Show Summary Details
Page of

Cervical Spine 

Cervical Spine
Chapter:
Cervical Spine
Author(s):

Siddarth Thakur

and Salahadin Abdi

DOI:
10.1093/med/9780190626761.003.0007
Page of

PRINTED FROM OXFORD MEDICINE ONLINE (www.oxfordmedicine.com). © Oxford University Press, 2021. All Rights Reserved. Under the terms of the licence agreement, an individual user may print out a PDF of a single chapter of a title in Oxford Medicine Online for personal use (for details see Privacy Policy and Legal Notice).

date: 20 April 2021

Pain emanating from the cervical spine represents a significant diagnostic and therapeutic challenge for clinicians. The precise etiology of the pain may be difficult to identify because there are many potential pain-generating structures in the cervical spine and surrounding region. It is helpful to delineate the patient’s symptoms as axial- or radicular-predominant in order to guide the investigation prior to initiating treatment. The evidence for many commonly used treatment regimens is variable, and therefore an individualized plan is often necessary. Although it is conceptually accommodating to compartmentalize the etiology of cervical spine pain from a single source, the reality is that multiple structures are often involved, given the complex anatomy of the cervical spine. This chapter discusses cervical spine anatomy and biomechanics, as well as the etiology, pathophysiology, and management options for axial and radicular neck pain.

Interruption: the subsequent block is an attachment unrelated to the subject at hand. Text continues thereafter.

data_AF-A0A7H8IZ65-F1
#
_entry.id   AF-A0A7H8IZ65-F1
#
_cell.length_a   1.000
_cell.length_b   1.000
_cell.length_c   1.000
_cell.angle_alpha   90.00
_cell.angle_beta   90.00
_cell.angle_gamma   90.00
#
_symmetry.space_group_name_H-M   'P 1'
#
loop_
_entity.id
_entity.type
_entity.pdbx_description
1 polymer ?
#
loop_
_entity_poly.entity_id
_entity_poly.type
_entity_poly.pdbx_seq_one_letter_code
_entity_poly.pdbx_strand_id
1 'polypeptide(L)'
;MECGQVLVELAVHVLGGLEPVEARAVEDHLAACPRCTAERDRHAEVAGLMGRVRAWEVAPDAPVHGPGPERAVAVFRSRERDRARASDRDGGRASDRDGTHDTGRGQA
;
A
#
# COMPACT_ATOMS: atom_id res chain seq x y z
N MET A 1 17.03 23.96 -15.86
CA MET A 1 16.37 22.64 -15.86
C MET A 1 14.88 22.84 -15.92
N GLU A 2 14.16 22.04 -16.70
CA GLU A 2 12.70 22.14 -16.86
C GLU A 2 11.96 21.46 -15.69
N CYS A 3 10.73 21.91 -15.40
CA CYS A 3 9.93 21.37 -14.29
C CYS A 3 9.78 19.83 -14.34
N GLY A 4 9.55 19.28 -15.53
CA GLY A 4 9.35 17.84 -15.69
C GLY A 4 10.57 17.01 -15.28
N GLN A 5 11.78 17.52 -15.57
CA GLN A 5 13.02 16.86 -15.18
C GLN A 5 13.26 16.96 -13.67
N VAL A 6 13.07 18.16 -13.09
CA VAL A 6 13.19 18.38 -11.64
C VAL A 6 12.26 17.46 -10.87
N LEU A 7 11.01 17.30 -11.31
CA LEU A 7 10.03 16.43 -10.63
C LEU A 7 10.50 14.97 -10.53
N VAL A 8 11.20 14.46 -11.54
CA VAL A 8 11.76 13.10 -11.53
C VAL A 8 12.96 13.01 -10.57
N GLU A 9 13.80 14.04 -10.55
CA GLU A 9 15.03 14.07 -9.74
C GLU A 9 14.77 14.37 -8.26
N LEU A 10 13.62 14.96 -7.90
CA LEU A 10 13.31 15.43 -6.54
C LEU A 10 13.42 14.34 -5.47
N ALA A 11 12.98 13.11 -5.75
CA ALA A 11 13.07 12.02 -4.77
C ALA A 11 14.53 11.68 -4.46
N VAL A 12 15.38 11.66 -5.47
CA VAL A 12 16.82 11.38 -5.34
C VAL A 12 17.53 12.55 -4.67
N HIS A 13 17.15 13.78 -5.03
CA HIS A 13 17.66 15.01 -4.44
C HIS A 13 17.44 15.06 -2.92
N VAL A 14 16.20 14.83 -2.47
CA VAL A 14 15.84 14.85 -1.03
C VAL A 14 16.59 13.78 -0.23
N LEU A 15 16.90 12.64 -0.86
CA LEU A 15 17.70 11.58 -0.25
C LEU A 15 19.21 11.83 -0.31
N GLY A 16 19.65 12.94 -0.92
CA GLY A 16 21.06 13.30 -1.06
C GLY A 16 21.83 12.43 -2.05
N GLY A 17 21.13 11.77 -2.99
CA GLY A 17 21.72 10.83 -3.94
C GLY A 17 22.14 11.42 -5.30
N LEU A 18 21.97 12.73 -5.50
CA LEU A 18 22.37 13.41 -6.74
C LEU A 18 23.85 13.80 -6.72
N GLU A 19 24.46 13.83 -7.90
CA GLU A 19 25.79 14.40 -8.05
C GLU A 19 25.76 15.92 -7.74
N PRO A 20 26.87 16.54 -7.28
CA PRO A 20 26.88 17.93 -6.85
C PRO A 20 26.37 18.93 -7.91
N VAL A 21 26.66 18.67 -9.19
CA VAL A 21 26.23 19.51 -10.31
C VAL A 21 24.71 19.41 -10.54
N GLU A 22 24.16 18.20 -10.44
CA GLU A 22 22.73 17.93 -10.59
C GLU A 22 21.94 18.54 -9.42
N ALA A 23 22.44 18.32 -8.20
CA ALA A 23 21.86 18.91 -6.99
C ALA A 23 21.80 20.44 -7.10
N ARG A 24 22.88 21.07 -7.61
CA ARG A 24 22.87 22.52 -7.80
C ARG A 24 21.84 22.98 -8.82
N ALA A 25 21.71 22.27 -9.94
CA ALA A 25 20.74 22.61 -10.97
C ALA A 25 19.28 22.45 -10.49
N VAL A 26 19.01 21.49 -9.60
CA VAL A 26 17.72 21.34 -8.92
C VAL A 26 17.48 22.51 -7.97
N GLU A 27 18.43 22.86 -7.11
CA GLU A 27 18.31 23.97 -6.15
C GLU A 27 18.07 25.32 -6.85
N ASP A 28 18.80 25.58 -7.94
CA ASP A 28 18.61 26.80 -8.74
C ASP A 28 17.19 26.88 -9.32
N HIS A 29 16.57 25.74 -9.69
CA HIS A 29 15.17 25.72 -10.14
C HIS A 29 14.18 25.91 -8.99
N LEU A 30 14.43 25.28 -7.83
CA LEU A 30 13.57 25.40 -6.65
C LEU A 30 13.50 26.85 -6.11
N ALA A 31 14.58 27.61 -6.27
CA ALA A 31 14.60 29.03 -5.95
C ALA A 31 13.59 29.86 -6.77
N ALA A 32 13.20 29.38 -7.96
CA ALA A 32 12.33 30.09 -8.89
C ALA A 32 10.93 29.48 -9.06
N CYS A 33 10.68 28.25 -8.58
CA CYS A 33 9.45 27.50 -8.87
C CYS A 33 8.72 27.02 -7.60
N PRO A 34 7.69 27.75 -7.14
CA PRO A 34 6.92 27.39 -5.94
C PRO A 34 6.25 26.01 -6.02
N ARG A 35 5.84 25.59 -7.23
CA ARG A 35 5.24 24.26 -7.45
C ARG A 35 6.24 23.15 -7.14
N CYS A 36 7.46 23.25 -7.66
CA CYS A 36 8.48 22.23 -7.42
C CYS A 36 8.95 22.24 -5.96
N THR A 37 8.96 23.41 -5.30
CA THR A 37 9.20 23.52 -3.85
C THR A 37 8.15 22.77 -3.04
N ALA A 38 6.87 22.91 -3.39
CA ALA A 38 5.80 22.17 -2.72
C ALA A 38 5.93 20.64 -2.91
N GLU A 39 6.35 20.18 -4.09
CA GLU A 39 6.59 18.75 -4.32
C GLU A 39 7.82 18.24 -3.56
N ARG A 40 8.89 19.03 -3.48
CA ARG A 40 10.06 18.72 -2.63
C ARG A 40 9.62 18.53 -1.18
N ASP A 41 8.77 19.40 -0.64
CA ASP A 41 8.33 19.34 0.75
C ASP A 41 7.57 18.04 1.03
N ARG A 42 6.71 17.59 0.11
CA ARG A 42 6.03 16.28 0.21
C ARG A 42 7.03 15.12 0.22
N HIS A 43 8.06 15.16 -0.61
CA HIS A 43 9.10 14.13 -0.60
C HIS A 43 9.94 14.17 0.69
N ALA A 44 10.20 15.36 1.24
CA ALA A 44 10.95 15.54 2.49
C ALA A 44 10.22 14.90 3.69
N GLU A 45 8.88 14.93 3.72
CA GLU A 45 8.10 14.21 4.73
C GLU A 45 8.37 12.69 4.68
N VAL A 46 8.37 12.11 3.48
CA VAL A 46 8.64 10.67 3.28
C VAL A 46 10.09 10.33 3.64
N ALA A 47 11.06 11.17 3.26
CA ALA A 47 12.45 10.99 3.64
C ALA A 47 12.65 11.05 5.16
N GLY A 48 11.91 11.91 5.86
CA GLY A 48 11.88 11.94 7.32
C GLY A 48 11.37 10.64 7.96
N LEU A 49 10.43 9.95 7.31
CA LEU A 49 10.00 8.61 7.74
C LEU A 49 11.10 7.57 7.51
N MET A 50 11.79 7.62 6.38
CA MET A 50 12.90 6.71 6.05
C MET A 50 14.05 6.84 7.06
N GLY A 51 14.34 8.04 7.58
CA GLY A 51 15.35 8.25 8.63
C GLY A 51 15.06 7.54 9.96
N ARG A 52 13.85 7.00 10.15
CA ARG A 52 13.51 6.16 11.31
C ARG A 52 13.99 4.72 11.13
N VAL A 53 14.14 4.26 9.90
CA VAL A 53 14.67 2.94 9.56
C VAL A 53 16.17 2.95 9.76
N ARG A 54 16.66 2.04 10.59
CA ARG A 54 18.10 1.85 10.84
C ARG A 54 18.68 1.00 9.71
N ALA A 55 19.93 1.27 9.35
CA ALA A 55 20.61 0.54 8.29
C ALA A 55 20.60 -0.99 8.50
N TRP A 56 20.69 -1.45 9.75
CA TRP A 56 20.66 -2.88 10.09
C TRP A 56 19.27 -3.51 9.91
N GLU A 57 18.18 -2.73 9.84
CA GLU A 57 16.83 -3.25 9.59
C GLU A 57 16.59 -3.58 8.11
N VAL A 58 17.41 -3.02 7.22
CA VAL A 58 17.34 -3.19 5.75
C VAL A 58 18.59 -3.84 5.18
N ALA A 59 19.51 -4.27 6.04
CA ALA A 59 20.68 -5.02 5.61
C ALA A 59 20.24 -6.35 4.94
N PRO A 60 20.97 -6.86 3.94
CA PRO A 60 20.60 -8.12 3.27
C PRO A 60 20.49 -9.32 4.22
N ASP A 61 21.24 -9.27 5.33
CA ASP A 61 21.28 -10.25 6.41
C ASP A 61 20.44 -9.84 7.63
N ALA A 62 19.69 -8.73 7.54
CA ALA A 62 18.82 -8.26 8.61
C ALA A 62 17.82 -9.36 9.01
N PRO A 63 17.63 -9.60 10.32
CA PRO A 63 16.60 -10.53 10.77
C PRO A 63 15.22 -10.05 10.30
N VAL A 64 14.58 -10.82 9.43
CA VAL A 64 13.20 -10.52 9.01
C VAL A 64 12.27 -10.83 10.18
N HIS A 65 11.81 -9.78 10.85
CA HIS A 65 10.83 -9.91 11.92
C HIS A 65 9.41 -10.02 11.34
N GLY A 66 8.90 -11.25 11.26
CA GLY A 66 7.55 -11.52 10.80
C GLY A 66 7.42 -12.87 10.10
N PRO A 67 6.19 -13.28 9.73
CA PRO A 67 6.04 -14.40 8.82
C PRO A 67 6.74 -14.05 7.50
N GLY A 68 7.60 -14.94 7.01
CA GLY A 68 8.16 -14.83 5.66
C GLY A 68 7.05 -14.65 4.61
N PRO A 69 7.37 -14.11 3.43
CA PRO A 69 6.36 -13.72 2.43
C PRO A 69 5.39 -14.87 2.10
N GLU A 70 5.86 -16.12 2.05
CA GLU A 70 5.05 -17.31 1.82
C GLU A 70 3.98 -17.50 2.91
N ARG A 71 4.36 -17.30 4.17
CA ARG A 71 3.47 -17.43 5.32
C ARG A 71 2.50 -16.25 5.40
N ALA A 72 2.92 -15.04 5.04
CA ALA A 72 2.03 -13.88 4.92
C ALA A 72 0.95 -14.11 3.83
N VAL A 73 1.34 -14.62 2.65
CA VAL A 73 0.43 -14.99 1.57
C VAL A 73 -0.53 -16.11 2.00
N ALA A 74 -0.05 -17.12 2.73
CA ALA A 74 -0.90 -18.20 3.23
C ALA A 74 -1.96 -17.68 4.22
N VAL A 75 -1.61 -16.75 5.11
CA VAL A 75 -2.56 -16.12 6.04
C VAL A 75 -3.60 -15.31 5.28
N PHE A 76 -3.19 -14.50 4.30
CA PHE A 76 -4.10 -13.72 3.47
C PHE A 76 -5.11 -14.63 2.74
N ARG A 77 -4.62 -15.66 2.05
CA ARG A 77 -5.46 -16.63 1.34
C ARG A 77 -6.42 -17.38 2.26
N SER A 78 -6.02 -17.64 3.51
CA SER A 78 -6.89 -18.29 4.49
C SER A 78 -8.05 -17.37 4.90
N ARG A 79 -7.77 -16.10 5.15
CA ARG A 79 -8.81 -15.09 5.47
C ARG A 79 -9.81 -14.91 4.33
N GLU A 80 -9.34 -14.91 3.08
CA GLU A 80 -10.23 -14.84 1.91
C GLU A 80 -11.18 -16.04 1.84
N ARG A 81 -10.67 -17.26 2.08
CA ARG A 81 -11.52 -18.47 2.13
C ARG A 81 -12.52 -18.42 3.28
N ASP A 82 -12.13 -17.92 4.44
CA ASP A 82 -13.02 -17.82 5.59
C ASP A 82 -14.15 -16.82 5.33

Access to the complete content on Oxford Medicine Online requires a subscription or purchase. Public users are able to search the site and view the abstracts for each book and chapter without a subscription.

Please subscribe or login to access full text content.

If you have purchased a print title that contains an access token, please see the token for information about how to register your code.

For questions on access or troubleshooting, please check our FAQs, and if you can't find the answer there, please contact us.